Nuts Allergy - Give it to babies to prevent them
by Jes @SnackFirst on Nov 28, 2017
Nuts allergy is getting quite prevalent, affecting around 2% of the kids and altogether a miserable condition. Think of the food you cannot eat when you have nuts allergy, not just nuts themselves but also cookies, chocolates, jam, candies, desserts , biscuits... basically all the sinfully good food!
Scientists have not yet figured out why nuts have become such a threat but many airlines do not offer nuts to prevent any life threatening reactions from happening at a high altitude. Singapore Airlines recently came under fire when a three year old boy started to vomit and swell when other people seated around him were eating nuts.
It's not a laughing matter as allergic reactions can range from abdominal cramps, diarrhea, vomits, to anaphylaxis, where a body is shocked and may no longer breathe. To deal with such situations, they have to carry an epipen around.
As with all allergy, people were advised against early exposure to nuts so as not to cause the onset of nuts allergy. It is a no-brainer, stay away from nuts until the immune system is mature which is around 3 years old.
However, new studies done that may actually help to lower the cases of allergy.
Researchers observed nuts allergy happening 10 times more likely among Jewish children in Britain, who did not consume peanut products during infancy. This is compared to children in Israel, where peanut-based foods are regularly introduced at around seven months of age.
It is definitely counter-intuitive: By giving nuts to infants before their first birthday, as early as 6 months old!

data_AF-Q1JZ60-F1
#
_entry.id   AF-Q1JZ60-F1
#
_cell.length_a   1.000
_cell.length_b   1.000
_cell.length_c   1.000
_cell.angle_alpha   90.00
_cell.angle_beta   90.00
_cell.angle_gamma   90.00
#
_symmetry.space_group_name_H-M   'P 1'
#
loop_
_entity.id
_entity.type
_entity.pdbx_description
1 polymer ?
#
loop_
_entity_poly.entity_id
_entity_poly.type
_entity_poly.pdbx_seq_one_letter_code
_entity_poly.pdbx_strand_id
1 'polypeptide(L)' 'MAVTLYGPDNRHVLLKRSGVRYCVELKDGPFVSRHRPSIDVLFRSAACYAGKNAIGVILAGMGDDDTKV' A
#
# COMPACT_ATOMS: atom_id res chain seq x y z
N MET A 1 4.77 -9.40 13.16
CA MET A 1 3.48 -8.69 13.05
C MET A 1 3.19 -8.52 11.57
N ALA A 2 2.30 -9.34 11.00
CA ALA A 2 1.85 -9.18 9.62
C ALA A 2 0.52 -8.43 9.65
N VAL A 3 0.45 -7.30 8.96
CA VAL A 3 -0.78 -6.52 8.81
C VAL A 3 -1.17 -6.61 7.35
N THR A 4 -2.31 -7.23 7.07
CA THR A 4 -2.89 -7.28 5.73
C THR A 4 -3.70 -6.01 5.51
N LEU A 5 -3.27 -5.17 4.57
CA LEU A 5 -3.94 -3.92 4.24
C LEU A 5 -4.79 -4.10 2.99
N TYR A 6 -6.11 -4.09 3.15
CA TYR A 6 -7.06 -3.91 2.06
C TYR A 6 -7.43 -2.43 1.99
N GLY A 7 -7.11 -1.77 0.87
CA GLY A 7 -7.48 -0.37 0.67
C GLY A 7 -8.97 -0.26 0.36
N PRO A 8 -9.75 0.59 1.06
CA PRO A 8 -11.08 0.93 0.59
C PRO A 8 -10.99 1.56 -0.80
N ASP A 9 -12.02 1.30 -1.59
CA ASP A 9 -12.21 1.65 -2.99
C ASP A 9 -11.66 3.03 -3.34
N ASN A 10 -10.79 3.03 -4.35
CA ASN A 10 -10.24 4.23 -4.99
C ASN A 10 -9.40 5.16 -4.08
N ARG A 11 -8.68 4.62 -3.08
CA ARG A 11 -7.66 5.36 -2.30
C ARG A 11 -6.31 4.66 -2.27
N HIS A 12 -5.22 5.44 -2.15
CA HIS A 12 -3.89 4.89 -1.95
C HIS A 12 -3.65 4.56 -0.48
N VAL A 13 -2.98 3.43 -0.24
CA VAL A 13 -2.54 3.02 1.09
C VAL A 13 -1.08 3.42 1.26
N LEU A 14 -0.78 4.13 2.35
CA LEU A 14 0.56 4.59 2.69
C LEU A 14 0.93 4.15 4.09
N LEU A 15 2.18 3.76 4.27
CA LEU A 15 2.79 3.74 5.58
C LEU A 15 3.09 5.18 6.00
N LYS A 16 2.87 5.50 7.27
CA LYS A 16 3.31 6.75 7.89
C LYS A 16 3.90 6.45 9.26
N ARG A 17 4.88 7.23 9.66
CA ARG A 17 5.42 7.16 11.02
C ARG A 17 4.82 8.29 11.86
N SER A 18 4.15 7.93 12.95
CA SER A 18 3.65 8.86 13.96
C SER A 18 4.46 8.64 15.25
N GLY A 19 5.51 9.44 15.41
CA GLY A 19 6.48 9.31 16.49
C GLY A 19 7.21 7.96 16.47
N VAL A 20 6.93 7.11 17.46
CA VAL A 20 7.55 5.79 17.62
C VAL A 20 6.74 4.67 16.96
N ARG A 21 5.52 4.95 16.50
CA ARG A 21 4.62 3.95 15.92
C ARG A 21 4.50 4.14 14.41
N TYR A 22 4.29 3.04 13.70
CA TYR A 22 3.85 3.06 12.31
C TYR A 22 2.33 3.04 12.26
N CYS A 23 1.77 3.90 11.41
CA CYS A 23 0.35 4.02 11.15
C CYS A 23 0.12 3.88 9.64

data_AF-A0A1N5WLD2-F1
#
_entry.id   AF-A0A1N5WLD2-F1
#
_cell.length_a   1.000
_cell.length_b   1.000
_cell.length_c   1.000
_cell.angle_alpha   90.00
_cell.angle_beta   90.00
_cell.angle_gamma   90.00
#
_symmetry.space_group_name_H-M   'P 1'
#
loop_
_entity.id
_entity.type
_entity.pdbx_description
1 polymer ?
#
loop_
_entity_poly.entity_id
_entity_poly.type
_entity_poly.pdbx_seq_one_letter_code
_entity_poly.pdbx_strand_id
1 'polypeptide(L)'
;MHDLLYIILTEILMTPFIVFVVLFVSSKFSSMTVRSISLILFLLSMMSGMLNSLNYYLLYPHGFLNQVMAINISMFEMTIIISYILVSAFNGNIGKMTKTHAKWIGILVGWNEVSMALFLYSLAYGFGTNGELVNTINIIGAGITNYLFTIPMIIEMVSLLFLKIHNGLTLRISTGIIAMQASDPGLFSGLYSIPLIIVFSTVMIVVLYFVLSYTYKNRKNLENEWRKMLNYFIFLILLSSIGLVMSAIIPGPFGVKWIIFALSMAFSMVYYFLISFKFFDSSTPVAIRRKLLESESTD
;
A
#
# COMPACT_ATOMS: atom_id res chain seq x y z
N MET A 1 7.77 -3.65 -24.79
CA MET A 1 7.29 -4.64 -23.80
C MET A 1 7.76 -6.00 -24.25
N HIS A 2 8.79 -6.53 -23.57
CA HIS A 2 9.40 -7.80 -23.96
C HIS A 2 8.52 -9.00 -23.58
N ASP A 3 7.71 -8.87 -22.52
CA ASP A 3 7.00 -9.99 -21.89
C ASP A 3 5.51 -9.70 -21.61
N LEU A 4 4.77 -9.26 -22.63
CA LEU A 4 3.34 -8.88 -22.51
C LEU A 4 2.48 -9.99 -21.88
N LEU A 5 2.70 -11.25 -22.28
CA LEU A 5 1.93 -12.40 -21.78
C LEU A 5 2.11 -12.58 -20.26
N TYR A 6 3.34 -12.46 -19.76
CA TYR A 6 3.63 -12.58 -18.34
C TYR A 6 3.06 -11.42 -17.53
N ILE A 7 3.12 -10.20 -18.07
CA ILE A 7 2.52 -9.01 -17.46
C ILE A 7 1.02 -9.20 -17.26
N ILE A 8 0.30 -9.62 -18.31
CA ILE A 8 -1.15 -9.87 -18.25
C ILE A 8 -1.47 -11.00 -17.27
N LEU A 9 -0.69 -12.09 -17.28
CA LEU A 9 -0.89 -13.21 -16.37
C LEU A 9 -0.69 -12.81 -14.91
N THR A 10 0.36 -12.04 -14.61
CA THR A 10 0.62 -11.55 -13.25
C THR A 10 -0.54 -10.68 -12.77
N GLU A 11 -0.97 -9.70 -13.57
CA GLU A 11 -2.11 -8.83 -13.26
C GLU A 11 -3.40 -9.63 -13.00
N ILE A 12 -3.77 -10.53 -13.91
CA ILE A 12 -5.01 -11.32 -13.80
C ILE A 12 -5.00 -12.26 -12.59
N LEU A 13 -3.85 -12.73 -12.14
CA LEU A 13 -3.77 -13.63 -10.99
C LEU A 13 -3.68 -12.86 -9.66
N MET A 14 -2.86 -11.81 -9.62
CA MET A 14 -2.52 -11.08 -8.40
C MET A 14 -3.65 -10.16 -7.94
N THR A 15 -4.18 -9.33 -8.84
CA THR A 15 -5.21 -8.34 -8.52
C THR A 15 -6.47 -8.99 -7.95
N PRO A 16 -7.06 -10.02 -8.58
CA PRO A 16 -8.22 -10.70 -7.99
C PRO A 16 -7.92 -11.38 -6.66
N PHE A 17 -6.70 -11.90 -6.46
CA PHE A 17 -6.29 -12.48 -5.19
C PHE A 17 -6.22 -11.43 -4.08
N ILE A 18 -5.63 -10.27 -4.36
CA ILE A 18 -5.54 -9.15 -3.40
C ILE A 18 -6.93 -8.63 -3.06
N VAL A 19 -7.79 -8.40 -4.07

Not whole solid peanuts but peanut butter, boiled nuts in porridge and other softer forms is acceptable too. It has been observed that the more we stay away from nuts, the higher the chance our immune system will view them as a threat.
Thus, if we introduce nuts earlier, the likelihood of an allergy will be lowered.
This is the actual guideline taken:
- All babies should try other solid foods before peanut-containing ones, to be sure they’re developmentally ready.
- High-risk babies should have peanut-containing foods introduced as early as four to six months after a checkup to tell if they should have the first taste in the doctor’s office, or if it’s OK to try at home with a parent watching for any reactions.
- Moderate-risk babies have milder eczema, typically treated with over-the-counter creams. They should start peanut-based foods around six months, at home.
- Most babies are low-risk, and parents can introduce peanut-based foods along with other solids, usually around six months.
- Building tolerance requires making peanut-based foods part of the regular diet, about three times a week.
For me, I introduced peanut butter and boiled nuts in soup to my baby girl at around 8 months old, right after this new discovery went public. I am terribly afraid that she will be allergic as I have lots of nuts at home! I am relieved that she is happily enjoyed her cookies right now.
So do share this information with all new parents: Introduce nuts to babies so as to prevent nuts allergy in the future.